Monday, April 9, 2012

How ACA benefits women now, as highlighted by Obama Administration

A recent release from the White House may partially explain the President's current popularity with women in recent polls, at least compared to the Republican presidential candidates. According to Keeping America's Women Moving Forward, from The White House Council on Women and Girls, the Affordable Care Act (ACA) has already provided numerous benefits to America's women, especially those on the lower end of the economic scale, and more advantages are yet to come, presuming that the Supreme Court doesn't effectively dispose of the entire law.

The various benefits listed in the report include some that many of us may not have given much thought to recently, including the following:

* One million one hundred thousand women between the ages of 19 and 25 who would have been uninsured currently receive health coverage under a parent’s health insurance plan or through an individually purchased health insurance plan;

* 24.7 million women enrolled in Medicare received preventive services at no additional cost in 2011, including an annual wellness visit, a personalized prevention plan, mammograms, and bone mass measurement for women at risk of osteoporosis;

* More than 2 million women enrolled in Medicare who hit the donut hole saved $1.2 billion in 2011 due to improvements in prescription drug coverage; and

* An estimated 20.4 million women are benefiting from expanded access to preventive services such as mammograms, breast and cervical cancer screenings, and prenatal care at no additional cost.

The report's authors point out that increasing numbers of women today are the main breadwinners for their families, yet women still earn substantially less, on average, than do their male counterparts (77 cents for women to every dollar for men). The report's authors explain that, on top of these existing pay disparities, women face higher healthcare costs than men, and spend an estimated $1 billion more than men for equivalent health coverage (citing "Turning to Fairness: Insurance Discrimination Against Women Today and the Affordable Care Act," National Women’s Law Center, March 2012).

Costs of gender rating. The report points to the fact that only 14 states have limited or specifically banned gender rating – the practice of charging women more than men – in the individual market as the primary reason for this, explaining that 92% of the best-selling plans, excluding plans in those 14 states, charge women higher premiums than men for the same coverage. In 31 states, all of the best-selling plans engage in gender rating. Under the ACA, beginning in 2014, women can no longer be charged more for health insurance simply because of their gender.

The report also emphasizes that women are also far more likely to experience domestic violence, which can threaten their financial security, as well as their health and safety. The ACA includes standard preventative care measures that will include screening for domestic violence at no additional cost, and the Department of Health and Human Services is working to train health and human service providers to integrate domestic violence screenings into their work (citing "Affordable Care Act Ensures Women Receive Preventive Services at No Additional Cost," U.S. Department of Health and Human Services, August 1, 2011).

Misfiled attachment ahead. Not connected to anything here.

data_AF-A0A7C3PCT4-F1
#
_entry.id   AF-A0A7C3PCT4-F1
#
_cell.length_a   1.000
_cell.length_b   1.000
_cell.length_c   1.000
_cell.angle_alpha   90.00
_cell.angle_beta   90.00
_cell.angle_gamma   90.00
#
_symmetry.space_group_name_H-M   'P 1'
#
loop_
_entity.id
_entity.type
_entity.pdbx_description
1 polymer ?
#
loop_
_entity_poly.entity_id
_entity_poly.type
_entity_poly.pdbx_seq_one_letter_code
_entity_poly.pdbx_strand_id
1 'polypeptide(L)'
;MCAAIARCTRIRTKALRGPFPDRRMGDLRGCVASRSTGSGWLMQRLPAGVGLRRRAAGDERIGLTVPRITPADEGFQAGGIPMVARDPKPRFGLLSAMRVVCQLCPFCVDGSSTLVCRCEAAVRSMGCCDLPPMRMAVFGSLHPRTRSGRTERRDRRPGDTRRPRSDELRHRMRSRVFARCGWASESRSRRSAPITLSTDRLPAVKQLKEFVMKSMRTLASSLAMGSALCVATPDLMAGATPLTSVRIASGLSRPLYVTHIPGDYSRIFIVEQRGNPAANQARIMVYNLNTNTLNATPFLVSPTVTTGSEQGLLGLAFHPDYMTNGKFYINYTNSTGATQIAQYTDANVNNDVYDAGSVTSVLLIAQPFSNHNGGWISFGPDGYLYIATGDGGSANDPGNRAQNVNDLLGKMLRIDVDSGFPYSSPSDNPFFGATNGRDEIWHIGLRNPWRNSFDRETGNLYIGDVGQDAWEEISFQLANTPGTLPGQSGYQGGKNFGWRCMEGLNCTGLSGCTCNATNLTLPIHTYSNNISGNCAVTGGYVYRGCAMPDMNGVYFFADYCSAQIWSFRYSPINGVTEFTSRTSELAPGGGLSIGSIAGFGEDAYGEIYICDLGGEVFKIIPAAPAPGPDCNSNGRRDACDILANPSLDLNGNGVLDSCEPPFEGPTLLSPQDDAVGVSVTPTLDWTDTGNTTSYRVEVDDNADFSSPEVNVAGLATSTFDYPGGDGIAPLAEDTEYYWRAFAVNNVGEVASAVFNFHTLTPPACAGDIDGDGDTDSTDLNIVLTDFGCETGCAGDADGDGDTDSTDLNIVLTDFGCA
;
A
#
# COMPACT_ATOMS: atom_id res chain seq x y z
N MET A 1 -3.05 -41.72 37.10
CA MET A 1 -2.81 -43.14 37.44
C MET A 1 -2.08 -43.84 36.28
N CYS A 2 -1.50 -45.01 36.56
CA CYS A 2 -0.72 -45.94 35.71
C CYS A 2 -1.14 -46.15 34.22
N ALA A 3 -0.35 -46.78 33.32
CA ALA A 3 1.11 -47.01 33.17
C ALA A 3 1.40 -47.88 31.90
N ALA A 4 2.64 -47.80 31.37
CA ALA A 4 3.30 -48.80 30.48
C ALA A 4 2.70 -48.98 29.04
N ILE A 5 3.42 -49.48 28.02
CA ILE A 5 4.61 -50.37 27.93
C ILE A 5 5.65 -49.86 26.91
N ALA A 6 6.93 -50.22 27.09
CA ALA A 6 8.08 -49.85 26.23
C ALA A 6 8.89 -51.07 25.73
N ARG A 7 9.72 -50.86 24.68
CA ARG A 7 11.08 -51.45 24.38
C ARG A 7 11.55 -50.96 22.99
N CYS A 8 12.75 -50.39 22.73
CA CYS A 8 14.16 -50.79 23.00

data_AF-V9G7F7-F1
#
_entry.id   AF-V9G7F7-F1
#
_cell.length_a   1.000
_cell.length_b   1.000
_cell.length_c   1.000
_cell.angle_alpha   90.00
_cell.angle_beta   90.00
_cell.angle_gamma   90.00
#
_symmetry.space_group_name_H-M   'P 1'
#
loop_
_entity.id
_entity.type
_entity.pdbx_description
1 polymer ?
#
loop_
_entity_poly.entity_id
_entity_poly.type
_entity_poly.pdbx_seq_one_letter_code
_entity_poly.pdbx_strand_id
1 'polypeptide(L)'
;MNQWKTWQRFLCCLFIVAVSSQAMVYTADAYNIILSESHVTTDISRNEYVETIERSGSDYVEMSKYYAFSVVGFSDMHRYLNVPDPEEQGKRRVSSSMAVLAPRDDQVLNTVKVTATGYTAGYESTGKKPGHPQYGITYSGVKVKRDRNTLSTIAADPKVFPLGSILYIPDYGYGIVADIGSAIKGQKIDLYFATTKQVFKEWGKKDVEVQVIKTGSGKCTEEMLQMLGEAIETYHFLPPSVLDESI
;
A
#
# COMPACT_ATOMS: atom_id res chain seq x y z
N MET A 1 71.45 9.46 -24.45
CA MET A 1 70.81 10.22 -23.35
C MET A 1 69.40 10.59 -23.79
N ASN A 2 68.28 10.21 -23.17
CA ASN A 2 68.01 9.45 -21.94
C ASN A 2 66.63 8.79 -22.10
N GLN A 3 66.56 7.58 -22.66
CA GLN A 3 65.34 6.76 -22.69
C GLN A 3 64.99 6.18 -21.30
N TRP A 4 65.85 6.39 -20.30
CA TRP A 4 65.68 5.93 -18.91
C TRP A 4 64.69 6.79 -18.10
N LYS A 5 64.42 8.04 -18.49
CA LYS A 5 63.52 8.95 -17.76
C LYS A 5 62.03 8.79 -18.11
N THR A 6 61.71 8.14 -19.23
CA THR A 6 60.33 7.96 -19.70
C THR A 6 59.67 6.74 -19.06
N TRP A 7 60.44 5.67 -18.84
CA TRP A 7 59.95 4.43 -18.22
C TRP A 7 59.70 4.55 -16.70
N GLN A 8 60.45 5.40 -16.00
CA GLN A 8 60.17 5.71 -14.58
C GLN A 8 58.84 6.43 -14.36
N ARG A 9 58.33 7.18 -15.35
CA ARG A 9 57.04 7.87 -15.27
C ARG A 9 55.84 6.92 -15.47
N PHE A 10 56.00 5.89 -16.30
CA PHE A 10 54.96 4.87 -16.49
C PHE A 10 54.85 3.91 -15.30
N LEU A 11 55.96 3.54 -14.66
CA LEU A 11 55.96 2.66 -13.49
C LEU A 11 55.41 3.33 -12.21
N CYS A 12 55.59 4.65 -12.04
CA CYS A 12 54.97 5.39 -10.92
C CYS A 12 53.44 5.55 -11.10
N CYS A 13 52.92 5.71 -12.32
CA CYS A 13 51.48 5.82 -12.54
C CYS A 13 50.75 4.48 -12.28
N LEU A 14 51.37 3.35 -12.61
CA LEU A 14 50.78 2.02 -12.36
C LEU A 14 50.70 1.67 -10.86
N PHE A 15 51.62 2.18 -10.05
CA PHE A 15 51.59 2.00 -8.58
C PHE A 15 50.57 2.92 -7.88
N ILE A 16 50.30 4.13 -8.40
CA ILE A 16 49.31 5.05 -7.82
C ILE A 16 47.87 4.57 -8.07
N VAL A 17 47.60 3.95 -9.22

Medicare more important to women. The report claims that the coverage Medicare provides is particularly critical for women, who, with their lower average incomes and greater life expectancies, rely on Medicare longer than men. Over half of America’s more than 48 million Medicare beneficiaries are women – and 70% of beneficiaries over the age of 85 are women. Women in Medicare also spend more of their income on health care, claim the report's authors, partially because of costs related to preventive services such as mammograms, clinical breast exams, bone density tests, and visits for Pap tests and pelvic exams. Therefore, what's good for Medicare is apparently good for women. The ACA significantly extended the life of the Medicare trust fund and the President’s most recent budget is projected in the report to extend it another two years.

The report also claims that women on Medicare tend to have greater health needs than men, estimating that a higher percentage of women have more than three chronic conditions, and women on Medicare are more likely to suffer from osteoporosis, arthritis, and hypertension. Many key preventive services were made available with no co-pay or deductible by the ACA, and, already, more than 32.5 million seniors, including 19 million women, have already received one or more free preventive services, including the new Annual Wellness Visit, a one-time health review, and education and counseling about preventive services and other care.

New mothers, regardless of their place on the economic ladder, have also benefited from the ACA's reforms. In 2011, the HHS, awarded $224 million via the ACA to states to help families voluntarily receive home visits from nurses and social workers to improve maternal and child health and child development ("HHS Announces $224 Million to Support Evidence-Based Home Visiting Programs to Help Parents and Children," U.S. Department of Health and Human Services, September 22, 2011) Also, the ACA requires most workplaces to provide reasonable break times and private space at work to express breast milk up until a child’s first birthday.
For a comprehensive analysis of the ACA, and additional information on health reform and other developments in employee benefits, just click here.


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